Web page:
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On Eve of Papal Election, NBC Hypes 'Bad Time' for Church 'Out of Step' With Liberal Catholics

On Tuesday's NBC Nightly News, on the eve of the Wednesday election of Pope Francis, anchor Brian Williams proclaimed to viewers: "...this is a decidedly bad time for the Catholic Church. There are hopes among many that the new pope will signify a new direction." [Listen to the audio]

In the report that followed, correspondent Lester Holt hyped the divide between the Vatican and some liberal American Catholics: "It's roughly 4,000 miles between Vatican City and the nearest shores of the U.S., but for American Catholics who often find themselves out of step with the Church here, it can seem a lot farther....Abortion, the role of women, and attitudes about homosexuality have been at the heart of much of the disconnect between American Catholics and the Church."

Holt touted poll numbers on the issues: "...one out of every three Americans who grew up in the Church has left....in 2012, half of U.S. Catholics expressed support for same-sex marriage, something the Church strongly opposes.... 58% of American Catholics believe priests should be able to marry..."

Prior to Holt's report, correspondent Anne Thompson noted that the new pope "will have to confront a litany of problems" and dismissed the conclave: "An attention-grabbing event, but it will take more to win back those who have lost faith in the Church."

Here is a full transcript of Holt's March 12 report:

7:04PM ET

BRIAN WILLIAMS: There are over a billion Catholics worldwide, somewhere between one in four, one in five Americans, and this is a decidedly bad time for the Catholic Church. There are hopes among many that the new pope will signify a new direction. Lester Holt has been talking with some of those American Catholics today at the Vatican. Lester, good evening.

LESTER HOLT: Brian, good evening. It's roughly 4,000 miles between Vatican City and the nearest shores of the U.S., but for American Catholics who often find themselves out of step with the Church here, it can seem a lot farther. Young American Catholics on spring break in Rome and witnessing their Church in transition. And hopeful the new pope will take a broad view of a changing world.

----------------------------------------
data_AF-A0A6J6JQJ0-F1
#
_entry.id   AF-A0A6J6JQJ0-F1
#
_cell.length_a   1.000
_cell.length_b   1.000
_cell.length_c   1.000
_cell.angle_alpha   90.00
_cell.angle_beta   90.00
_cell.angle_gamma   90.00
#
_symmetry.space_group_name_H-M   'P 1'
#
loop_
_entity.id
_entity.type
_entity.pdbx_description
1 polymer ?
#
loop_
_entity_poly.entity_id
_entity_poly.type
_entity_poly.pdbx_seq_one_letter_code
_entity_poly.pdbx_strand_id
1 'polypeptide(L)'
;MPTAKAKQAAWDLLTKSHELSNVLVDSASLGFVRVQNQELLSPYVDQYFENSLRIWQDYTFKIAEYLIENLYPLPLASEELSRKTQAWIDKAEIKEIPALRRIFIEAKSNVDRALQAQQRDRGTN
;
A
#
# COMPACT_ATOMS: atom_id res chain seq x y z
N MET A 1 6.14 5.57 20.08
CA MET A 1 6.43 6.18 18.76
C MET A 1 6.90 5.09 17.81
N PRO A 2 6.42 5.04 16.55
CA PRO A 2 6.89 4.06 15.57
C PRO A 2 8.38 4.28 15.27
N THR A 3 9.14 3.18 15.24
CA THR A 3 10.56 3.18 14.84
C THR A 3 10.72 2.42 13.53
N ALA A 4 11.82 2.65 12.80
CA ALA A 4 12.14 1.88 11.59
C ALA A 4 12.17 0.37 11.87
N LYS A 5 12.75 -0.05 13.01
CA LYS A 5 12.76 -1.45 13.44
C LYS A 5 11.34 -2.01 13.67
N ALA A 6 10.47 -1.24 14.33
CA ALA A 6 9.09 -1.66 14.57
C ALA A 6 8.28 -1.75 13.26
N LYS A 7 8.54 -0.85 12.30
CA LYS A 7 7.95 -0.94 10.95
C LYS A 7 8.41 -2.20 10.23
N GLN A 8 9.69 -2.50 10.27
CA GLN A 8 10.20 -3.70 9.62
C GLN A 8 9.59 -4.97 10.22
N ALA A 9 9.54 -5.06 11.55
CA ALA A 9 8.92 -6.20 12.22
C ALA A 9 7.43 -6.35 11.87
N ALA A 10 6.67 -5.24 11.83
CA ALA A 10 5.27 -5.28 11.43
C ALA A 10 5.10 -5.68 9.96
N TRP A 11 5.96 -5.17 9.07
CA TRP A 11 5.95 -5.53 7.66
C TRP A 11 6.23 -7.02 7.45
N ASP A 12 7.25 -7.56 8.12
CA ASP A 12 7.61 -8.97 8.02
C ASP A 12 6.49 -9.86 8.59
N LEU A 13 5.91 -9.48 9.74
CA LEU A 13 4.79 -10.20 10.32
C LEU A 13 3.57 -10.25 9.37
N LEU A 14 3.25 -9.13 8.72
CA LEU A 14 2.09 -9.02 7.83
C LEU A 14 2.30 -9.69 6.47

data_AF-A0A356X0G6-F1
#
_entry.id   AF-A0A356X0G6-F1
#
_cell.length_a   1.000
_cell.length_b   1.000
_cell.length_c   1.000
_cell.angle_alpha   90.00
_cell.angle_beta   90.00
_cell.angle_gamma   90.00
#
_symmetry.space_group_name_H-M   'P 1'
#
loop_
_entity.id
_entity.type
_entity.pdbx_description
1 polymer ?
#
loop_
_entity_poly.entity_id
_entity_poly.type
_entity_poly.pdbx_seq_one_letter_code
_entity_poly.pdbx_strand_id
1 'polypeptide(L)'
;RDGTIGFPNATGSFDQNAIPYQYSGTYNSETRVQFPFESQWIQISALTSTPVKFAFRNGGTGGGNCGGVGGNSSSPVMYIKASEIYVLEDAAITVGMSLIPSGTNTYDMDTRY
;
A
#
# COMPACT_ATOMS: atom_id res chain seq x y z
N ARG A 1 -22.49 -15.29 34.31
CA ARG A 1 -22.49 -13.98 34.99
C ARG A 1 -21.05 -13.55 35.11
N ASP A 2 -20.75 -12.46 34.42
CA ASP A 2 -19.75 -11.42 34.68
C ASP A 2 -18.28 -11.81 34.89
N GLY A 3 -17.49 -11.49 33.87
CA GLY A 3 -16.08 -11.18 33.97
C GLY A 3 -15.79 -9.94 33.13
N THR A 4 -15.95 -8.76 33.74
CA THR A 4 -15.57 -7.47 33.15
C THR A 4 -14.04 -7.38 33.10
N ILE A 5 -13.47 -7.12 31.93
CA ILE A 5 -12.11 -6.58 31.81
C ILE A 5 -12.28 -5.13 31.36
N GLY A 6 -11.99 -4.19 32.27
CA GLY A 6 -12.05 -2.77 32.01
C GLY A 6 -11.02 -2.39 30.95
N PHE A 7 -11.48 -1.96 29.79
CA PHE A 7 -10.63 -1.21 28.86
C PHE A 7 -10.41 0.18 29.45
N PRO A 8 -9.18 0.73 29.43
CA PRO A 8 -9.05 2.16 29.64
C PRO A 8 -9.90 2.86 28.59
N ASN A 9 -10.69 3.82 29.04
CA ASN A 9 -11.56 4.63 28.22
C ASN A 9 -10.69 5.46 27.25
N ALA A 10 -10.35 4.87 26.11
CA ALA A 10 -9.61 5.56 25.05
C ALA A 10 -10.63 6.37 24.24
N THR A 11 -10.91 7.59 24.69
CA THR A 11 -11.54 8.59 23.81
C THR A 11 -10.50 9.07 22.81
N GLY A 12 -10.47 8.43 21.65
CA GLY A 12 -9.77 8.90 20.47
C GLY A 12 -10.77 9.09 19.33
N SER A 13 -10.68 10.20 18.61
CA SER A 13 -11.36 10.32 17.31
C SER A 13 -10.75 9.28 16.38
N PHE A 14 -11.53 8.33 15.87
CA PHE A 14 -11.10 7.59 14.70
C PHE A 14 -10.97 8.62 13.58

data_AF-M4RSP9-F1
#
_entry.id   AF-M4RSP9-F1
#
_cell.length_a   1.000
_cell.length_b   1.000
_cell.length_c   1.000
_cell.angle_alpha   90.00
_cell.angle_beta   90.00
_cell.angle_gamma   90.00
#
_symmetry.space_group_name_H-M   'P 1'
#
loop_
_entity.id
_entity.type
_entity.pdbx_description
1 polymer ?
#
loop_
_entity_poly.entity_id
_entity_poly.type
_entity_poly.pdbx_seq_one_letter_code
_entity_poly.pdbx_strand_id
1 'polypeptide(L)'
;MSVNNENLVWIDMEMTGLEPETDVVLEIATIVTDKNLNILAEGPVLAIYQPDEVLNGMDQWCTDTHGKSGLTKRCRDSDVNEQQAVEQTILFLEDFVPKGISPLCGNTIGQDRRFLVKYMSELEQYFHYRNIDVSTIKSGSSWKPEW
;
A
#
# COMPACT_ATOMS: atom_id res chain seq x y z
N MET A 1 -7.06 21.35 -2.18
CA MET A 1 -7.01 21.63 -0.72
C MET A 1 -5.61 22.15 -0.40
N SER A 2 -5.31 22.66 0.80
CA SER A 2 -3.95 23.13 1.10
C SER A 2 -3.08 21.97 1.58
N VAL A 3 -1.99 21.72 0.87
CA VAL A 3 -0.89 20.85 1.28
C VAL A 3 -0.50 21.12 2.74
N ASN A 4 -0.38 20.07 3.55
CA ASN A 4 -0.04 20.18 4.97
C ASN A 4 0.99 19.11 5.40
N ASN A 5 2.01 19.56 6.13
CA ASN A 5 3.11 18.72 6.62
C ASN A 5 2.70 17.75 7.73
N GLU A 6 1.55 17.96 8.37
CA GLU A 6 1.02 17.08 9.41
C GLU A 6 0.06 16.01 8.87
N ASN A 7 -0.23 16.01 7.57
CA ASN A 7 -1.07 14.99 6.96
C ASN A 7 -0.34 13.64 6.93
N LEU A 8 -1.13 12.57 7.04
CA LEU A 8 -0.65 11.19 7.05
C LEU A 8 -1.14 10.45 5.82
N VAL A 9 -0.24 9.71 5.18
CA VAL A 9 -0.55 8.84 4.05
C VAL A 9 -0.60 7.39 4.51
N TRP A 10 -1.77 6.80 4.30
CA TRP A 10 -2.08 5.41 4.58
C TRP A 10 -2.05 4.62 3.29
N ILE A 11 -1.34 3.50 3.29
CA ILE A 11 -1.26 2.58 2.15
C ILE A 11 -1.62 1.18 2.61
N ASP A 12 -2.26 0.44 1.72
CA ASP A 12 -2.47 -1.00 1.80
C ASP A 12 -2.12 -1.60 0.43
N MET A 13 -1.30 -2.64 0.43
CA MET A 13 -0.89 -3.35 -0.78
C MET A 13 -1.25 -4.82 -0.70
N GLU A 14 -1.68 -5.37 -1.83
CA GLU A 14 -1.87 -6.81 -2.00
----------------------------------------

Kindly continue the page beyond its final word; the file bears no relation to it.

EMMA THOMPSON [STUDENT]: I feel like it needs to be someone who can really just be able to relate to the diversity and the Catholics around the world.

HOLT: The Church in America is at a crossroads. The percentage of U.S. Catholics has held steady at 25%. But it is largely on the strength of Catholic immigrants, most of them Hispanic, obscuring the fact that one out of every three Americans who grew up in the Church has left.

DEBRA COUCH [NEW YORK RESIDENT]: I think that he needs to be more focused on today's youth, more trying to get more people back into the Church, and I just think it takes a younger person to do that.

HOLT: Abortion, the role of women, and attitudes about homosexuality have been at the heart of much of the disconnect between American Catholics and the Church. For example, in 2012, half of U.S. Catholics expressed support for same-sex marriage, something the Church strongly opposes.

KATHLEEN CUMMINGS [NOTRE DAME CTR. FOR AMERICAN CATHOLICISM]: I think most American Catholics are hoping for a pope who will be more opening to listening to the concerns of some of the people who feel alienated from the Roman Catholic Church for a variety of reasons.

HOLT: The new pope will also confront dropping numbers in the priesthood. 58% of American Catholics believe priests should be able to marry. And then there is a continuing damage from the priest sex abuse scandal.

FATHER THOMAS REESE [GEORGETOWN UNIVERSITY]: It would be a disaster if we had a pope who did not understand the sex abuse crisis.

HOLT: The fact that two U.S. cardinals are now regarded as strong candidates to become pope raise expectations among some of the faithful that disillusioned Catholics might return to the fold. And as the Church looks forward to a new chapter, another reminder back home of the priest sex abuse scandal. The Archdiocese of Los Angeles today saying it'll spend nearly $10 million to settle four clergy sex abuse cases, Brian.

WILLIAMS: Lester Holt, part of our team, our coverage from the Vatican tonight. Lester, thanks.